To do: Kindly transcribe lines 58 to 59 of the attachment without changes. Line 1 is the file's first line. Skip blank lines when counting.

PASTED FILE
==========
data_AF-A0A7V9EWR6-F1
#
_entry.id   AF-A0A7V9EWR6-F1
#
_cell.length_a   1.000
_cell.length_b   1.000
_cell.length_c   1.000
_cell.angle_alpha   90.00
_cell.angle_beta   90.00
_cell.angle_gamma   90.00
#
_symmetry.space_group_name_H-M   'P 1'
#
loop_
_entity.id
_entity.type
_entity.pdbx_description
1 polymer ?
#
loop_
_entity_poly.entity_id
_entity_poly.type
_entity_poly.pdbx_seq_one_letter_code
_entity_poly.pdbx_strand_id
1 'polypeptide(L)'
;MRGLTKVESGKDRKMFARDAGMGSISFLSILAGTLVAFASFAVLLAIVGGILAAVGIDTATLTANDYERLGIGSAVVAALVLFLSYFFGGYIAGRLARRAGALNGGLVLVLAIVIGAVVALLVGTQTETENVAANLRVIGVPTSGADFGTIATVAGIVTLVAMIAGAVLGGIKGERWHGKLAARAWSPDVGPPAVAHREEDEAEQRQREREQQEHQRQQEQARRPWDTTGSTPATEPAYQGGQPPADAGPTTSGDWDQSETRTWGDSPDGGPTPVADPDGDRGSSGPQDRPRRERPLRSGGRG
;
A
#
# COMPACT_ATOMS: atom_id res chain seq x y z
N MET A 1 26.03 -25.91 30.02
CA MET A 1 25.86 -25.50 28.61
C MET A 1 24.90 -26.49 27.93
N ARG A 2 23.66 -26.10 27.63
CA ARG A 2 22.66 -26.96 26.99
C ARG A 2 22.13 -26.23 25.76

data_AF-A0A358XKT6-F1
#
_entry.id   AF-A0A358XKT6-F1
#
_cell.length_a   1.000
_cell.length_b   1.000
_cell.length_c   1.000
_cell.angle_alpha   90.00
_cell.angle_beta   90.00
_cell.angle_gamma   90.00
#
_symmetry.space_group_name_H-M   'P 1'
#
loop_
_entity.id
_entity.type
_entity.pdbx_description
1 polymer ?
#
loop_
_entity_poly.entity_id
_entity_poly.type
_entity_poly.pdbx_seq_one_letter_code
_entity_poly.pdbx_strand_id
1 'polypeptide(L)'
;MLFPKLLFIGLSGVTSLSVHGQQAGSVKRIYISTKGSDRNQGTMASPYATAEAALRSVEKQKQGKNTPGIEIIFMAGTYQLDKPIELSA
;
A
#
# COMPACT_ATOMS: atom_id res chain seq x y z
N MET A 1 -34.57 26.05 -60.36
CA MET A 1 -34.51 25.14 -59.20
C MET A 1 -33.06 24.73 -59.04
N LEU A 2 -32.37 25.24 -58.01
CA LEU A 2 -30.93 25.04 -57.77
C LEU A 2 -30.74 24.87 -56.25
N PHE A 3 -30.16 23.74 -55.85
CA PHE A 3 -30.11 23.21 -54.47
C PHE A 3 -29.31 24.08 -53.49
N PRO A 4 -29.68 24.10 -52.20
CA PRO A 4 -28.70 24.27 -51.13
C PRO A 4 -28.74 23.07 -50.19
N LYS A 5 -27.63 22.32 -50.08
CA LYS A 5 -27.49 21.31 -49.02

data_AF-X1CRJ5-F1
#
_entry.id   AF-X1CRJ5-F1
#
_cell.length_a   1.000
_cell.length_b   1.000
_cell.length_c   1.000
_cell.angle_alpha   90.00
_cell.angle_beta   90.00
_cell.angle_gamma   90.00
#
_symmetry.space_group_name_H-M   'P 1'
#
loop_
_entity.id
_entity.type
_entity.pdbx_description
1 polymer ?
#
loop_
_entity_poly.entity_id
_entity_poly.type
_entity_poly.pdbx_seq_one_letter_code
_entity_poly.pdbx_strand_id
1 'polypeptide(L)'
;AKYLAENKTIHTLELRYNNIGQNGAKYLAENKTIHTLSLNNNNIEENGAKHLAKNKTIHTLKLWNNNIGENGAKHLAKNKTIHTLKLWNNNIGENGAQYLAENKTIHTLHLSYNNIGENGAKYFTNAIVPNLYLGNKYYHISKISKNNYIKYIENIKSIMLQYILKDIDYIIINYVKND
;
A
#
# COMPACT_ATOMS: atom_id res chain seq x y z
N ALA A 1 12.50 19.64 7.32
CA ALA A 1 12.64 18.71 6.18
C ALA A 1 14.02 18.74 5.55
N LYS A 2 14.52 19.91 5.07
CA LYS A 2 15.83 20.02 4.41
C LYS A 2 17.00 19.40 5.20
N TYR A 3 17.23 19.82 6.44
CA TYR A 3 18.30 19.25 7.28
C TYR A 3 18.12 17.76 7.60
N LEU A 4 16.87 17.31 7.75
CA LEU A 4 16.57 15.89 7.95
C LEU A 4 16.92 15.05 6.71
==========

_entity_poly.type
_entity_poly.pdbx_seq_one_letter_code